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oxford in bermondsey

A group of 'Oxford men' who had a significant impact on youth work, social policy more generally, and the church were drawn to Bermondsey by John Stansfeld ('The Doctor') in the first years of the twentieth century. They worked in a group of clubs later known as the Oxford and Bermondsey Club. One of those clubs -  Dockhead - was based in London Street (now know as Wolseley Street) in some derelict buildings bounded by Halfpenny and Farthing Alley, and next to The Ship Aground. A series of rundown and overcrowded courts ironically called Pleasant Row, Virginia Row and Pansy Row, and Wolseley Buildings were close by. The main club and residence was 600m away on Abbey Street.

Stansfeld chose Fratres as the motto for the work. It was in Barclay Baron's words 'the epitome of his oft-reiterated phrase "We are all brothers"' (1952: 34). It described both the ideal of the mission - and the way of working adopted by the residents and workers. The boys' clubs had a strong emphasis upon 'the lads making their own club'. This meant, for example, that it was they who regularly decorated and repaired the premises. They were also involved in the organization of activities and the life of the club. The club appears to have had a remarkable impact on both many of its members - and those who worked in it.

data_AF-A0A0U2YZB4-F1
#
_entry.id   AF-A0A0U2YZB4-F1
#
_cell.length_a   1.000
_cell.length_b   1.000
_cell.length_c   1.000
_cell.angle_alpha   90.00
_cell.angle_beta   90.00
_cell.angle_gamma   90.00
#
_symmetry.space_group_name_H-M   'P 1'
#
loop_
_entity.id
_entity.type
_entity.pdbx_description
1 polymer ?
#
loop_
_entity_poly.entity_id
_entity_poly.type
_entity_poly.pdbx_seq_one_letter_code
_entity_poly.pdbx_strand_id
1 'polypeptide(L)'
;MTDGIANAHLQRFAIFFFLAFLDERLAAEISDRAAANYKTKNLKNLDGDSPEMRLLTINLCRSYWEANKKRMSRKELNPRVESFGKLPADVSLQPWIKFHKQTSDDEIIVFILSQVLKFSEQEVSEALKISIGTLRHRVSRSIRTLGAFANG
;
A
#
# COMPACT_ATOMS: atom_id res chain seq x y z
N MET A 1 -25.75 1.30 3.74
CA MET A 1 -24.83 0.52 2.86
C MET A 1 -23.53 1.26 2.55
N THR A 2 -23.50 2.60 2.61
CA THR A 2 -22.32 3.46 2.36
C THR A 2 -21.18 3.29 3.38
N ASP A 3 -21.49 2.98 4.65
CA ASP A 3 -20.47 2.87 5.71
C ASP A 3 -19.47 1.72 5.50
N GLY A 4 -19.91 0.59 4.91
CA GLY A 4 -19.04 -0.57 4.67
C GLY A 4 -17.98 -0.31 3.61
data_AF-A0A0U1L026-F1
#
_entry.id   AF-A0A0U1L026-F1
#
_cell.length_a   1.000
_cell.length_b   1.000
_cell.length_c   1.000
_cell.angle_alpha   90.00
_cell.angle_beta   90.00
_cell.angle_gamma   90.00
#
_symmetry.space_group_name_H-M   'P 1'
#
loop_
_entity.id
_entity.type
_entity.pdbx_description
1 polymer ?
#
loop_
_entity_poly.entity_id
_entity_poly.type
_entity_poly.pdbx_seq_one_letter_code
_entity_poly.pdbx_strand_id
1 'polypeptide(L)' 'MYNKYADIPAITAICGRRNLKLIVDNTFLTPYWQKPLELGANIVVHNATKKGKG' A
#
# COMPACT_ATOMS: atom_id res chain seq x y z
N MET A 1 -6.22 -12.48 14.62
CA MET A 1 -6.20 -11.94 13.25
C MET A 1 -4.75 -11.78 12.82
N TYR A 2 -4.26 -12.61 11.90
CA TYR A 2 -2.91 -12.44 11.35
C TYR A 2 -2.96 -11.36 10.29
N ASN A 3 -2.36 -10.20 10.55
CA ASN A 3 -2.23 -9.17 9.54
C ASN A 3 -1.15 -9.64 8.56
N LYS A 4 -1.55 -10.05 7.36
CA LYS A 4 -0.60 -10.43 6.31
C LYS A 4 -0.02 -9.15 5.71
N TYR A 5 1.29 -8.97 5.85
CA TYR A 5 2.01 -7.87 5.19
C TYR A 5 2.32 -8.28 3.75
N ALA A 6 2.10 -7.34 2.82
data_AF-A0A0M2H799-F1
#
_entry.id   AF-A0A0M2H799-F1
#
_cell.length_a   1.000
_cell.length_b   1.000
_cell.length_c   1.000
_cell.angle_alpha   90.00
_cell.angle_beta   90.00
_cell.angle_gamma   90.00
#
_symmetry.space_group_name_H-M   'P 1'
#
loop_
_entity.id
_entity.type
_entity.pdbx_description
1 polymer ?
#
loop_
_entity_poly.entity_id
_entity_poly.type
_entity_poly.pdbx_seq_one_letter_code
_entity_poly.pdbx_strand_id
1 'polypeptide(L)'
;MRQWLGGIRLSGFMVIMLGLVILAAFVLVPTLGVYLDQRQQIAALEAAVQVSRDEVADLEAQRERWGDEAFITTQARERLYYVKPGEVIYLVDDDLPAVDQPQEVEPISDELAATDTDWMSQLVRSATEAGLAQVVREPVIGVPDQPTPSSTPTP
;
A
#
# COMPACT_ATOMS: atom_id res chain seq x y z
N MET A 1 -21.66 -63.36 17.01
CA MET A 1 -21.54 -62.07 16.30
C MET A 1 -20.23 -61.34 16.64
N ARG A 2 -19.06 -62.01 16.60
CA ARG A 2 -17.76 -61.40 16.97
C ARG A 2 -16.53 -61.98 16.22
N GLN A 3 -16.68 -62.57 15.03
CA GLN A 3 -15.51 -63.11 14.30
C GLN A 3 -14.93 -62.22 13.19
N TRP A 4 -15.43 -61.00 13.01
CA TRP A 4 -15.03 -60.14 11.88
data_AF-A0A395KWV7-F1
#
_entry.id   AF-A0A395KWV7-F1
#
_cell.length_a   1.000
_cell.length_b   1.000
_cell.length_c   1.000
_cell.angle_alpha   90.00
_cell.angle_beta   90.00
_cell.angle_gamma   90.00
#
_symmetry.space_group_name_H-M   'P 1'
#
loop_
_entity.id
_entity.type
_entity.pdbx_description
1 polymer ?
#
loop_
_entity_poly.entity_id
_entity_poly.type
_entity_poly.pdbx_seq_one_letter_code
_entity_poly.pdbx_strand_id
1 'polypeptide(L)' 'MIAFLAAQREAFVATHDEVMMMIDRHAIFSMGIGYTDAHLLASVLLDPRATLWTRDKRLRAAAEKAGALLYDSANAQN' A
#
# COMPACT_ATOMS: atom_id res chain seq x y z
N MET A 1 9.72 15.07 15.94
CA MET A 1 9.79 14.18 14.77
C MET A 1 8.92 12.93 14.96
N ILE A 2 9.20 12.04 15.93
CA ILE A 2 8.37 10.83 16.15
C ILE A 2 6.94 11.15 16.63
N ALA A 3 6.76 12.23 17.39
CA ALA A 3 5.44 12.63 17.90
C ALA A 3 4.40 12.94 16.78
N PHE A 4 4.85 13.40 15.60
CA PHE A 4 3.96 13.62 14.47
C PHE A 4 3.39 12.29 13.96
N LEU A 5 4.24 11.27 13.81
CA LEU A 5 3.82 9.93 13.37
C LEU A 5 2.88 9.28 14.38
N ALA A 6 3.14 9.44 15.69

Those associated with the work included Alexander Paterson, now remembered as a prison reformer; Waldo McG. Eagar, a key figure in the establishment and development of the National Association of Boys' Clubs; Philip ('Tubby') Clayton, the founder of TocH; William Temple and Geoffrey Fisher (both, later, Archbishops of Canterbury), and Basil Henriques and Reg Goodwin who both became central figures in the boys' club movement (Goodwin also became leader of the Greater London Council).

 

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